This Adventurous Age

Adventures travelling and working around Australia.

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2007 Travels July 10


It was another very cold night – felt like close to zero.

M was away early to drive to Walardi camp area, maybe 20kms away, and the nearby helicopter area. She had booked to do a 9.30am flight over the Bungles. It cost her $260 for half an hour. She was hoping to see from the air some of the areas she and John had explored over the past couple of days.

John did not want to do a flight, as he had done one when we were here in ’93. I prefer my feet on solid ground!

We rendezvoused with her at the Piccaninny car park at 11am.

M had enjoyed the flight and had seen the creek area we walked. The “rules” prevent the helicopters from going close in to the gorges, or too low.

In particular, she was impressed by the expanse of the Bungles, beyond the relatively small areas that the public can access.

Some of the gorges they flew over were little more than clefts in the rock.

We walked to Cathedral Gorge. That was the seventh and eighth time I’d walked that bit of track, in a few days! Wet feet again……..

The recent rains had ensured a profusion of flowering plants…..

There were more people in the Cathedral chamber than when I was here yesterday. However, the tour group ones did not stay long and then there were just a few of us left there to really take our time soaking up the atmosphere of the place.

It really was quite towering and majestic, and hushed. The name was quite appropriate.

Looking up, from inside The Cathedral

Returned to the grey bedded Piccaninny Creek. Walked up it – again – for a little way before branching off on the Lookout Track. Followed this to the Lookout, which gave some distant views of clusters of domes, as well as glimpses of the plains beyond.

From the 21st century perspective, it seems amazing that this really unusual and special area was not really appreciated by Europeans for its potential, until the 1980’s. To the local graziers, it was just part of the countryside, until it was featured in a TV program in 1982. In 1987 – just six years before our first visit here – it was declared a National Park.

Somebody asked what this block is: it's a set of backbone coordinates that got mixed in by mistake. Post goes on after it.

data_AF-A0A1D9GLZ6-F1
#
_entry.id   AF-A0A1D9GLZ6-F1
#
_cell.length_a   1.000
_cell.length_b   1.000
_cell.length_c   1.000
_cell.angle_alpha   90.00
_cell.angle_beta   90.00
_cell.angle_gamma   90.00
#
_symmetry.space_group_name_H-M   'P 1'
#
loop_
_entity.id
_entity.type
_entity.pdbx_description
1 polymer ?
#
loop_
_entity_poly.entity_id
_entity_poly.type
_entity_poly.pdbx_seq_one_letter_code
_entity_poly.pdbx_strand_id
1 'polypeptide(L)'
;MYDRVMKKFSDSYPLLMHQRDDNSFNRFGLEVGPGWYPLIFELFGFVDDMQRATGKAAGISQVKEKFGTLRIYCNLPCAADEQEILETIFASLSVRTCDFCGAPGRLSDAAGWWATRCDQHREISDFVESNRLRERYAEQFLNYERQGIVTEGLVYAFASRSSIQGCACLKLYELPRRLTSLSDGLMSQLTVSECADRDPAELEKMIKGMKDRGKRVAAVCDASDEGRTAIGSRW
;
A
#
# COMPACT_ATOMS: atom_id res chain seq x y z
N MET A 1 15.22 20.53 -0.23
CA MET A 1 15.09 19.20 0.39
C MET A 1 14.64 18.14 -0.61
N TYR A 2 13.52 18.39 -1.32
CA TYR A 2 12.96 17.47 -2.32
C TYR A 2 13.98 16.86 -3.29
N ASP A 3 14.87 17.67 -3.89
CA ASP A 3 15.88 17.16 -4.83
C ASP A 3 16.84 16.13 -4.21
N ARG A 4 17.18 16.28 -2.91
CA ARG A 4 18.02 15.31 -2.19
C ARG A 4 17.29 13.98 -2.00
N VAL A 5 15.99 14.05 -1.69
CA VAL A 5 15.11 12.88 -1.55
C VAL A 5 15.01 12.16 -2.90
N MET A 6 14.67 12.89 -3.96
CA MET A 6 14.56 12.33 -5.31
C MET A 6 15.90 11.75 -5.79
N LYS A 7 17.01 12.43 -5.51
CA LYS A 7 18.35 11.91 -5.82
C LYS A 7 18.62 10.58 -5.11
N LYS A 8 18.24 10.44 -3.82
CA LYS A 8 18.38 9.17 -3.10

On the way back to the vehicles, we detoured to walk the Domes circuit (again).

Found a side track that I’d missed, yesterday. It led to an area where there was some aboriginal art – hands and the like, and a little pool that was like a mini Cathedral.

Back at camp again, discovered that our bag of rubbish – carefully  hung up to be out of the reach of predators – had been raided by some of our feathered friends. I should have taken it with us in Truck.

It could only have been birds!

For the rest of the day, downloaded photos onto my laptop. Lazed about.

We stirred ourselves to do a little bit of preliminary packing.

The week here had gone so quickly, but between us, had explored much of what there was for the general public to do here. I wondered whether, in the future, more sections and walk tracks would be opened up. Or whether there was enough to manage, as it was. Anyway, given the relatively short period that most visitors stayed for, there was enough to occupy them for a couple of days.

This would actually be a great place for grey nomads like us to volunteer to work, for a season, doing something like staffing the Visitor Centre. Imagine the places one could get to see on days off!

It had been a very pleasant camp spot – and not exactly crowded……..

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2007 Travels July 9


I had another good night’s sleep, although it seemed colder. Being less exhausted, maybe I just noticed the cold in the night. I was up at 6.30am. Pottered about, getting stuff organized.

Breakfasted, then drove back to the Piccaninny car park, stopping along the road a couple of times to take photos – a luxury I am not often afforded when someone else is driving!